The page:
Friday, October 14, 2011

I Am More Than My Skin

I love talking about race. I’m certain it has loads to do with a mother who has dedicated her life to helping people move past their drama. It takes a special woman to force an entire city to take note of the homeless population. My mama created a place to house the homeless after meeting a few people living on the streets. She hates it when people define others for any reason.

I take great pride in being the descendent of Africans, Native Americans and folks from Ireland. As much as I affirm and celebrate my African heritage, I have no problem with the other components of my identity. Some may call me a mutt. I’d rather think of myself as one complex dude.

It’s the convolution of my identity that gave me great pause while viewing the RACE exhibit at the Museum of Life & Science. It forced a pondering related to the absurdity of this thing we call race. Race is, by the way, nothing more than a social construct designed to divide the human family. It has been used to justify wars, enslave people, segregate them, and to rationalize the stereotypes designed to malign them even more.

That evil social construct has massive historical implications. America is what it is today, for better and for worse, due to the way race has been worn as a way of measuring worth.

My rage boiled even more as I stood in front of the exhibit that told the sad truth about the disbursing of the G.I Bill. Two men, one black/one white, end their tour of duty after World War II in search of a home. The one uses his G.I Bill to purchase a home in a growing community in New Jersey. The other sought to buy a home in the same neighborhood, but was denied due to race.

There is more to the story than the scandal of discrimination. The white man’s home is now valued at $420,000. It was purchased for $7,000. The black man sold his home years later for $9,000. What could have been for the black man’s family if he’d been given the same opportunity?

There was more to witness. I thought of my grandfather when I read the display “I am not a mascot.” My throat dropped as I reflected on my favorite football team-the Kansas City Chiefs.

I considered the massive assumptions connected to my race. I wondered what life would have meant for me if I’d been born with white skin. Even more maddening to me are the deductions of those living with the skin of privilege. They claim race doesn’t matter. That their success is the result of hard work alone and that they are endowed with gifts and intellect that grant them an advantage over the innumerable black people standing in the unemployment line. It’s disturbing that race, more than any other variable, is responsible for the mammoth gap between the majority race and those of the minority.

I walked away from the people I came with, my girlfriend Connie, Larry Crane and his wife Sharon. I stepped away to ponder how a social construct has impacted my own life. From high school when my guidance counselor told me I needed to take up a trade, to the many times I was denied promotion while a person with less experience and education got the gig, to the pile of rejection letters received-I had to ponder if it had anything to do with race.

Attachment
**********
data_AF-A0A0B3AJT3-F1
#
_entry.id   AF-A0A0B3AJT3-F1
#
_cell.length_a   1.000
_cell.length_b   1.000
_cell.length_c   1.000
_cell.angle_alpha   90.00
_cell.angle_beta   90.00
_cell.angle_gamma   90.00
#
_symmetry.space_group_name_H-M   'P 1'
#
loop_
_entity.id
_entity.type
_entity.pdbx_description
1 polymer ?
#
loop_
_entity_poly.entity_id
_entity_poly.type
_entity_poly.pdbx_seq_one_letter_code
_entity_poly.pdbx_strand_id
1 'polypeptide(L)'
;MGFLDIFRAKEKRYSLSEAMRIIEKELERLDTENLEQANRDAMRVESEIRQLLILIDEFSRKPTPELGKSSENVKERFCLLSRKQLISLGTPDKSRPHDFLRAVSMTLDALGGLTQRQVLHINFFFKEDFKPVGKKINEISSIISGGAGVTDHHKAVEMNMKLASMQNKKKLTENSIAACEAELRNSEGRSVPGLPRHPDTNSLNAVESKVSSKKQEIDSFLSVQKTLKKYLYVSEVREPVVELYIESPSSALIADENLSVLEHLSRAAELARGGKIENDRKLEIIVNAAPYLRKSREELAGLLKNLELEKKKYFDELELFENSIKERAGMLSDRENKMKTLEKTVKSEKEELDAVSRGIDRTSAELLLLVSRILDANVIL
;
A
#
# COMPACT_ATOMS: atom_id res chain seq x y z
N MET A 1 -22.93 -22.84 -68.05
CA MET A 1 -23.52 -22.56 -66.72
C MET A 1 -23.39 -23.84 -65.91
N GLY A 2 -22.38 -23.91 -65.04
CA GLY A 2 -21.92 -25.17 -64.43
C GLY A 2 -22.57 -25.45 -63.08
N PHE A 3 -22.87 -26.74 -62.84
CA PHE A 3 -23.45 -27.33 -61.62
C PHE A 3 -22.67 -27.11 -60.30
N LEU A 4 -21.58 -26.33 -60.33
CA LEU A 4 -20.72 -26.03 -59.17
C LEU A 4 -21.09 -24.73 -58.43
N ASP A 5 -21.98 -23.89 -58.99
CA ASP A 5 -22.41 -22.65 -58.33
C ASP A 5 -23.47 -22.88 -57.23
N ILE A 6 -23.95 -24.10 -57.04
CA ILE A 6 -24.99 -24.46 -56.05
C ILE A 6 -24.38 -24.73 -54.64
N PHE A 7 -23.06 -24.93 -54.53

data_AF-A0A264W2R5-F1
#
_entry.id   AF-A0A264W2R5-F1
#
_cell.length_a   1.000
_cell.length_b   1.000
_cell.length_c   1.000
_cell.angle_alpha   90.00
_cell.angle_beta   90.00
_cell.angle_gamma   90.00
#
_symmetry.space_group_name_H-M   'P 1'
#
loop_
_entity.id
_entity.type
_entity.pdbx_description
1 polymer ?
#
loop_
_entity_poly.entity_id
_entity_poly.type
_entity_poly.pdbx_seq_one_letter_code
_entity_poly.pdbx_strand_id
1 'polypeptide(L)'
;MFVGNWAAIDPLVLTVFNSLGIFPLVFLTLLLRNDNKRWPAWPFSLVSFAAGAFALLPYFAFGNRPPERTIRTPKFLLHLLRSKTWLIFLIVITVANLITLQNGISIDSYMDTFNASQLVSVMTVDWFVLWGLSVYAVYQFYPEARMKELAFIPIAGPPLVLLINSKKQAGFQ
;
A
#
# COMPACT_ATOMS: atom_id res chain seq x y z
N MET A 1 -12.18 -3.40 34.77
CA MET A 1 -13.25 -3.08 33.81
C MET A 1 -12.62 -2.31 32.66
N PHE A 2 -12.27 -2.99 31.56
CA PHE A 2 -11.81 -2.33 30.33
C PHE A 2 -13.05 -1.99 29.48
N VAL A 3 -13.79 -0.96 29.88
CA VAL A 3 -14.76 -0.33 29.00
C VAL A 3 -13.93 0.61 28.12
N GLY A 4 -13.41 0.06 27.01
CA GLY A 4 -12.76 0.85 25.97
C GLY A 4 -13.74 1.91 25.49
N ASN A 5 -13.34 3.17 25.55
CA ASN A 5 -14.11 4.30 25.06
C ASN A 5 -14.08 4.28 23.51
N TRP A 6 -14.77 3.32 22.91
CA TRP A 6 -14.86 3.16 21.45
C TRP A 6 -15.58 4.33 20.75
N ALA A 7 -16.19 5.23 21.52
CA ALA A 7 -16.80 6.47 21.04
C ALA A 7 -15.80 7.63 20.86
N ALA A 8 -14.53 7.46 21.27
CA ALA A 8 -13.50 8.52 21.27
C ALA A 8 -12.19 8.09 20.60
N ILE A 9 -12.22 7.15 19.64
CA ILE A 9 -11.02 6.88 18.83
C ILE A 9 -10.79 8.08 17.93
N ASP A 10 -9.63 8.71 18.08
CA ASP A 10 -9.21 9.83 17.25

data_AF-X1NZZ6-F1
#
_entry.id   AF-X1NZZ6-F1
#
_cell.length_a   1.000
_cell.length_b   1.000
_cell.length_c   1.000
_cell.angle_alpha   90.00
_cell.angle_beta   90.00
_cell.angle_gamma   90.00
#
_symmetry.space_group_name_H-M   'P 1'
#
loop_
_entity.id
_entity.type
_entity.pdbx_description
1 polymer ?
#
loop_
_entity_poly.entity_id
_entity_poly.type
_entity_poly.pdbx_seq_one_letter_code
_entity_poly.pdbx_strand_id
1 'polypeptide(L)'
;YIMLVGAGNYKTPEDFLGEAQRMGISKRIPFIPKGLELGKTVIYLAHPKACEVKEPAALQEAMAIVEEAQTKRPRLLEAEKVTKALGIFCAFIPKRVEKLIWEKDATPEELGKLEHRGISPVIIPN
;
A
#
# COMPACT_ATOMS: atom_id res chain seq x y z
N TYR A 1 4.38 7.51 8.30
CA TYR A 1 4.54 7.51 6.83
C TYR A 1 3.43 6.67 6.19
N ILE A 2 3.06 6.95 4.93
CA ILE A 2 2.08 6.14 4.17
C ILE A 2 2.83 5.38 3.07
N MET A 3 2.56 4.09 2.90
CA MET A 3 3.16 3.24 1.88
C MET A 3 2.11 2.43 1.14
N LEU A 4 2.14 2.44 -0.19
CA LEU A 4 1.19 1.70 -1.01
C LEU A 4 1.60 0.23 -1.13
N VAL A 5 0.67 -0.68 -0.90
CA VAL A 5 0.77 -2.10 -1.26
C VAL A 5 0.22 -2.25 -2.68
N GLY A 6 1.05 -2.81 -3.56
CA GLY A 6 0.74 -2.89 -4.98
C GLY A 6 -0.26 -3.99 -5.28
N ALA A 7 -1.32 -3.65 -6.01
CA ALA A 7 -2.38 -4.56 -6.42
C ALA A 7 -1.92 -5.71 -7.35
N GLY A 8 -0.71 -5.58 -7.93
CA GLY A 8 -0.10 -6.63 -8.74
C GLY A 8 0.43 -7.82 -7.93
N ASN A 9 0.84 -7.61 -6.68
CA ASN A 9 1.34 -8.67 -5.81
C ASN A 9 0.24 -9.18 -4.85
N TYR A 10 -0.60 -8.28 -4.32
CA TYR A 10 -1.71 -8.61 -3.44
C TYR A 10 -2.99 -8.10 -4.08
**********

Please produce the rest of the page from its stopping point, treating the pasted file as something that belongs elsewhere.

“Do they believe they are better than me,” I whispered. “Could it be that I have been discounted because of race?” I reflected on the book written by Richard Hermstein in 1994. The Bell Curve argued that intelligence is influenced by inherited factors and is a better predictor of financial income, job performance, chance of unwanted pregnancy and involvement in crime than an person’s parental socioeconomic status or educational level. Bull Do Do!

Race as a social construct has shaped the theory behind public policy implementation. I left both inspired and frustrated by the exhibit. I’m enthused that a place has been created for a larger conversation involving the propositions correlated to assumption we make about race. I’m annoyed that, at the end of the day, people will opt to walk in places of privilege created by the persuasion of their skin.

The good news is discussion groups have been organized to allow people to dig deeper after viewing the exhibit. I suggest that people attend the one organized by the Pauli Murray Project to be held on October 23 at the Stafford L. Warren Library. People need to discuss the power of racial privilege. Minorities need to share thought about the burden of self hatred and inferiority. It starts at 2:30 p.m.

One last thing. I am more than a black man. I am more than my dark hued complexion and long nappy hard locked in memory of my ancestors from long ago. I am more than Claude McKay’s prose about having to die-“”If we must die, let it not be like hogs/Hunted and penned in an inglorious spot.” I am more than Billie’s Blues and Coltrane’s groove. More than Absalom Jone’s plea for the dance of revolution, and King’s dream deferred like that raisin in the sun.

I am the embodiment of Rumi’s love chant-“Only from the heart can I touch the sky”. I have walked in the footsteps of Kierkegaard’s dread and anxiety. Gibran’s words remind me of true meaning-“Beauty is eternity gazing at itself in a mirror.” I am more than man; I am part feminist. I’ve emptied myself to stand with those suffering due to the throb of power clutching their throat.

The RACE exhibit is there to begin conversations. It is up to us not to limit others based on the assumptions we make due to their skin.

I’m more than a black man. My name is Carl. People back home know me as Doris Kenney’s baby boy.

If that's too much to remember-just call me a human being in search of truth.

1 comment:

  1. I'm looking forward to viewing the exhibit soon with my family. It sounds very compelling and thought provoking which is exactly what's needed.